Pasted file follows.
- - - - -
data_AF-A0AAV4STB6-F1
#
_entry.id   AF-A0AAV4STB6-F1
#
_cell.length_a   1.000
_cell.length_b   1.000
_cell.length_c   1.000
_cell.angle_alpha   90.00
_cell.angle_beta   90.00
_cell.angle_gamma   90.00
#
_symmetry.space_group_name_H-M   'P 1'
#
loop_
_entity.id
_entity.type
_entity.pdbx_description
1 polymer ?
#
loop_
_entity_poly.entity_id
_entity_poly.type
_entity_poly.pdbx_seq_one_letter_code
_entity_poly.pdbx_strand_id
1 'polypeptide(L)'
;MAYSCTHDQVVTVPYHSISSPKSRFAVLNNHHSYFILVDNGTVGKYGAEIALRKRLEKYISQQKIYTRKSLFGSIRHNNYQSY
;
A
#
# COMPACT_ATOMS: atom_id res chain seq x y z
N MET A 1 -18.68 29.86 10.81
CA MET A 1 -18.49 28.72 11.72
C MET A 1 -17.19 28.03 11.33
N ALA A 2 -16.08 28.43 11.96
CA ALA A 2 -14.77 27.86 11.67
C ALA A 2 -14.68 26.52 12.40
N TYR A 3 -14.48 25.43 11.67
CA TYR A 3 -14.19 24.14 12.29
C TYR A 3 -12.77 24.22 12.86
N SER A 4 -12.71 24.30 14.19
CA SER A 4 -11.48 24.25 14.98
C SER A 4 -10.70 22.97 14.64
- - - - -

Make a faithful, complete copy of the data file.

data_AF-A0AAV4STB6-F1
#
_entry.id   AF-A0AAV4STB6-F1
#
_cell.length_a   1.000
_cell.length_b   1.000
_cell.length_c   1.000
_cell.angle_alpha   90.00
_cell.angle_beta   90.00
_cell.angle_gamma   90.00
#
_symmetry.space_group_name_H-M   'P 1'
#
loop_
_entity.id
_entity.type
_entity.pdbx_description
1 polymer ?
#
loop_
_entity_poly.entity_id
_entity_poly.type
_entity_poly.pdbx_seq_one_letter_code
_entity_poly.pdbx_strand_id
1 'polypeptide(L)'
;MAYSCTHDQVVTVPYHSISSPKSRFAVLNNHHSYFILVDNGTVGKYGAEIALRKRLEKYISQQKIYTRKSLFGSIRHNNYQSY
;
A
#
# COMPACT_ATOMS: atom_id res chain seq x y z
N MET A 1 -18.68 29.86 10.81
CA MET A 1 -18.49 28.72 11.72
C MET A 1 -17.19 28.03 11.33
N ALA A 2 -16.08 28.43 11.96
CA ALA A 2 -14.77 27.86 11.67
C ALA A 2 -14.68 26.52 12.40
N TYR A 3 -14.48 25.43 11.67
CA TYR A 3 -14.19 24.14 12.29
C TYR A 3 -12.77 24.22 12.86
N SER A 4 -12.71 24.30 14.19
CA SER A 4 -11.48 24.25 14.98
C SER A 4 -10.70 22.97 14.64